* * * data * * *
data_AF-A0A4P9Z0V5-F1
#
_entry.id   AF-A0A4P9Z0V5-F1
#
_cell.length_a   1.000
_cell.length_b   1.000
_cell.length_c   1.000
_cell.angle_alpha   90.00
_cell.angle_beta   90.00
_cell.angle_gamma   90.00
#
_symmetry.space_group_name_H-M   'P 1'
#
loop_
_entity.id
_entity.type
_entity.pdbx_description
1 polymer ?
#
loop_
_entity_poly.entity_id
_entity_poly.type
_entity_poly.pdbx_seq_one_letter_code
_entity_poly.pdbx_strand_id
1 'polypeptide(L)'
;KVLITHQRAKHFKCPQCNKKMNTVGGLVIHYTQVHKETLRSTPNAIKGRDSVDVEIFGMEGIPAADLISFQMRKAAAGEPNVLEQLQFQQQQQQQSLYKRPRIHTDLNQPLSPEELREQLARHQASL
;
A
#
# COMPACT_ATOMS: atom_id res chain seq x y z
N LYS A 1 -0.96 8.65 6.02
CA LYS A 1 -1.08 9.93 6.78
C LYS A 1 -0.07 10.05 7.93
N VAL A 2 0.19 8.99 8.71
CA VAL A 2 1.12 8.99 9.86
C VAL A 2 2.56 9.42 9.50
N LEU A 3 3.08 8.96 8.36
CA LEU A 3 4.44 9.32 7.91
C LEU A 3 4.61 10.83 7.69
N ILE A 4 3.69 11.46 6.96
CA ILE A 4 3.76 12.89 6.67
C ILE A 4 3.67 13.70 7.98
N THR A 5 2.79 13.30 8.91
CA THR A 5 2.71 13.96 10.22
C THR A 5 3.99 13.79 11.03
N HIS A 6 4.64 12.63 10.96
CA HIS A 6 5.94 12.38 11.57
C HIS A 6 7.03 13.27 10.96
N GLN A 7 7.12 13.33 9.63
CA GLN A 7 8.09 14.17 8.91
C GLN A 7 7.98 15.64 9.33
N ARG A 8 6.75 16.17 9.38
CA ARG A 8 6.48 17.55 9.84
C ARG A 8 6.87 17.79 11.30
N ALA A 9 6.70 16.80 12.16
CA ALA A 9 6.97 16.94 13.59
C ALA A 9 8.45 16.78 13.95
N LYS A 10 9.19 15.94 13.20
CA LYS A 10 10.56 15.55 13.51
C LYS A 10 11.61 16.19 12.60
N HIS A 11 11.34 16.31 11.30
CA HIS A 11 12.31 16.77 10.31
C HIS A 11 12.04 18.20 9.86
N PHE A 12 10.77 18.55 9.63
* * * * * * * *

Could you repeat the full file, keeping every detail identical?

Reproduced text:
data_AF-A0A4P9Z0V5-F1
#
_entry.id   AF-A0A4P9Z0V5-F1
#
_cell.length_a   1.000
_cell.length_b   1.000
_cell.length_c   1.000
_cell.angle_alpha   90.00
_cell.angle_beta   90.00
_cell.angle_gamma   90.00
#
_symmetry.space_group_name_H-M   'P 1'
#
loop_
_entity.id
_entity.type
_entity.pdbx_description
1 polymer ?
#
loop_
_entity_poly.entity_id
_entity_poly.type
_entity_poly.pdbx_seq_one_letter_code
_entity_poly.pdbx_strand_id
1 'polypeptide(L)'
;KVLITHQRAKHFKCPQCNKKMNTVGGLVIHYTQVHKETLRSTPNAIKGRDSVDVEIFGMEGIPAADLISFQMRKAAAGEPNVLEQLQFQQQQQQQSLYKRPRIHTDLNQPLSPEELREQLARHQASL
;
A
#
# COMPACT_ATOMS: atom_id res chain seq x y z
N LYS A 1 -0.96 8.65 6.02
CA LYS A 1 -1.08 9.93 6.78
C LYS A 1 -0.07 10.05 7.93
N VAL A 2 0.19 8.99 8.71
CA VAL A 2 1.12 8.99 9.86
C VAL A 2 2.56 9.42 9.50
N LEU A 3 3.08 8.96 8.36
CA LEU A 3 4.44 9.32 7.91
C LEU A 3 4.61 10.83 7.69
N ILE A 4 3.69 11.46 6.96
CA ILE A 4 3.76 12.89 6.67
C ILE A 4 3.67 13.70 7.98
N THR A 5 2.79 13.30 8.91
CA THR A 5 2.71 13.96 10.22
C THR A 5 3.99 13.79 11.03
N HIS A 6 4.64 12.63 10.96
CA HIS A 6 5.94 12.38 11.57
C HIS A 6 7.03 13.27 10.96
N GLN A 7 7.12 13.33 9.63
CA GLN A 7 8.09 14.17 8.91
C GLN A 7 7.98 15.64 9.33
N ARG A 8 6.75 16.17 9.38
CA ARG A 8 6.48 17.55 9.84
C ARG A 8 6.87 17.79 11.30
N ALA A 9 6.70 16.80 12.16
CA ALA A 9 6.97 16.94 13.59
C ALA A 9 8.45 16.78 13.95
N LYS A 10 9.19 15.94 13.20
CA LYS A 10 10.56 15.55 13.51
C LYS A 10 11.61 16.19 12.60
N HIS A 11 11.34 16.31 11.30
CA HIS A 11 12.31 16.77 10.31
C HIS A 11 12.04 18.20 9.86
N PHE A 12 10.77 18.55 9.63